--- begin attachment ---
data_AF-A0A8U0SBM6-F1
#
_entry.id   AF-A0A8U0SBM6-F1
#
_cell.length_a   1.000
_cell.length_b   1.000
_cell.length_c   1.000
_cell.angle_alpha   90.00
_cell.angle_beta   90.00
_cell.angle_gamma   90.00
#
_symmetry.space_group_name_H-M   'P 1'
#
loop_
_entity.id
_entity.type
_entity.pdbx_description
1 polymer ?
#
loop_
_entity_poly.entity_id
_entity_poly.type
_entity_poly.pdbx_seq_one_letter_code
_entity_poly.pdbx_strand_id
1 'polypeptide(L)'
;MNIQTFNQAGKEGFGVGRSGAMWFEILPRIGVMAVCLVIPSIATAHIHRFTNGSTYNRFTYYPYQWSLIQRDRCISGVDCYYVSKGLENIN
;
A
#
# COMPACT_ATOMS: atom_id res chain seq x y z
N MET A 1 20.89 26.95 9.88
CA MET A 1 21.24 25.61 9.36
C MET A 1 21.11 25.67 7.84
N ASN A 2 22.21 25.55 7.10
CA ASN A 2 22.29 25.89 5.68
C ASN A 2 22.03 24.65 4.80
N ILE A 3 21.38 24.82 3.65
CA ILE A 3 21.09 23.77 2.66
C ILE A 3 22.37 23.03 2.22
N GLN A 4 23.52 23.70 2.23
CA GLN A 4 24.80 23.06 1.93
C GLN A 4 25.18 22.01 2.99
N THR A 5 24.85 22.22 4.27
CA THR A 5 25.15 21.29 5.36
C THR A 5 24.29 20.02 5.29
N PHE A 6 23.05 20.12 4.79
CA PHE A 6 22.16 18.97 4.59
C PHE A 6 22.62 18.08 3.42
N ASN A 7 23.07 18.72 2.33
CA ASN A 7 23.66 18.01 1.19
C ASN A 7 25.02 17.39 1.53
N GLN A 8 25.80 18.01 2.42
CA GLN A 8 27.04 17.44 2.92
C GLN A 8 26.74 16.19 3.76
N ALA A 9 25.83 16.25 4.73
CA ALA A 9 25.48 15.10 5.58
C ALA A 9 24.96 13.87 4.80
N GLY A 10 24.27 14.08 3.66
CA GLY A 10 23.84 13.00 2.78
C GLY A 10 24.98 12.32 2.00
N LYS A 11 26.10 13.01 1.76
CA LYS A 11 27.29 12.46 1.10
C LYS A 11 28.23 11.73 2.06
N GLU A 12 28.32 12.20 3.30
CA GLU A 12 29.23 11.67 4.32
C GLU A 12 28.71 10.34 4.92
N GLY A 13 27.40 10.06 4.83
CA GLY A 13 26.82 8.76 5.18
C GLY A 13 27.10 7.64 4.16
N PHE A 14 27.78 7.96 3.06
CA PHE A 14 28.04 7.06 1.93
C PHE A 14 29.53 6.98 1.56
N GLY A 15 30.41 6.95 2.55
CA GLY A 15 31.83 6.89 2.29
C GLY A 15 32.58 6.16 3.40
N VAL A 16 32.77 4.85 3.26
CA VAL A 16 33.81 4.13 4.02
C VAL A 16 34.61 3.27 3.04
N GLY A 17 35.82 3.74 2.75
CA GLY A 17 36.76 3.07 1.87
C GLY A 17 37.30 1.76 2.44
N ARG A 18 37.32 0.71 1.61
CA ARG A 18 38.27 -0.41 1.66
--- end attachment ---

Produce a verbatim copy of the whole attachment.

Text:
data_AF-A0A8U0SBM6-F1
#
_entry.id   AF-A0A8U0SBM6-F1
#
_cell.length_a   1.000
_cell.length_b   1.000
_cell.length_c   1.000
_cell.angle_alpha   90.00
_cell.angle_beta   90.00
_cell.angle_gamma   90.00
#
_symmetry.space_group_name_H-M   'P 1'
#
loop_
_entity.id
_entity.type
_entity.pdbx_description
1 polymer ?
#
loop_
_entity_poly.entity_id
_entity_poly.type
_entity_poly.pdbx_seq_one_letter_code
_entity_poly.pdbx_strand_id
1 'polypeptide(L)'
;MNIQTFNQAGKEGFGVGRSGAMWFEILPRIGVMAVCLVIPSIATAHIHRFTNGSTYNRFTYYPYQWSLIQRDRCISGVDCYYVSKGLENIN
;
A
#
# COMPACT_ATOMS: atom_id res chain seq x y z
N MET A 1 20.89 26.95 9.88
CA MET A 1 21.24 25.61 9.36
C MET A 1 21.11 25.67 7.84
N ASN A 2 22.21 25.55 7.10
CA ASN A 2 22.29 25.89 5.68
C ASN A 2 22.03 24.65 4.80
N ILE A 3 21.38 24.82 3.65
CA ILE A 3 21.09 23.77 2.66
C ILE A 3 22.37 23.03 2.22
N GLN A 4 23.52 23.70 2.23
CA GLN A 4 24.80 23.06 1.93
C GLN A 4 25.18 22.01 2.99
N THR A 5 24.85 22.22 4.27
CA THR A 5 25.15 21.29 5.36
C THR A 5 24.29 20.02 5.29
N PHE A 6 23.05 20.12 4.79
CA PHE A 6 22.16 18.97 4.59
C PHE A 6 22.62 18.08 3.42
N ASN A 7 23.07 18.72 2.33
CA ASN A 7 23.66 18.01 1.19
C ASN A 7 25.02 17.39 1.53
N GLN A 8 25.80 18.01 2.42
CA GLN A 8 27.04 17.44 2.92
C GLN A 8 26.74 16.19 3.76
N ALA A 9 25.83 16.25 4.73
CA ALA A 9 25.48 15.10 5.58
C ALA A 9 24.96 13.87 4.80
N GLY A 10 24.27 14.08 3.66
CA GLY A 10 23.84 13.00 2.78
C GLY A 10 24.98 12.32 2.00
N LYS A 11 26.10 13.01 1.76
CA LYS A 11 27.29 12.46 1.10
C LYS A 11 28.23 11.73 2.06
N GLU A 12 28.32 12.20 3.30
CA GLU A 12 29.23 11.67 4.32
C GLU A 12 28.71 10.34 4.92
N GLY A 13 27.40 10.06 4.83
CA GLY A 13 26.82 8.76 5.18
C GLY A 13 27.10 7.64 4.16
N PHE A 14 27.78 7.96 3.06
CA PHE A 14 28.04 7.06 1.93
C PHE A 14 29.53 6.98 1.56
N GLY A 15 30.41 6.95 2.55
CA GLY A 15 31.83 6.89 2.29
C GLY A 15 32.58 6.16 3.40
N VAL A 16 32.77 4.85 3.26
CA VAL A 16 33.81 4.13 4.02
C VAL A 16 34.61 3.27 3.04
N GLY A 17 35.82 3.74 2.75
CA GLY A 17 36.76 3.07 1.87
C GLY A 17 37.30 1.76 2.44
N ARG A 18 37.32 0.71 1.61
CA ARG A 18 38.27 -0.41 1.66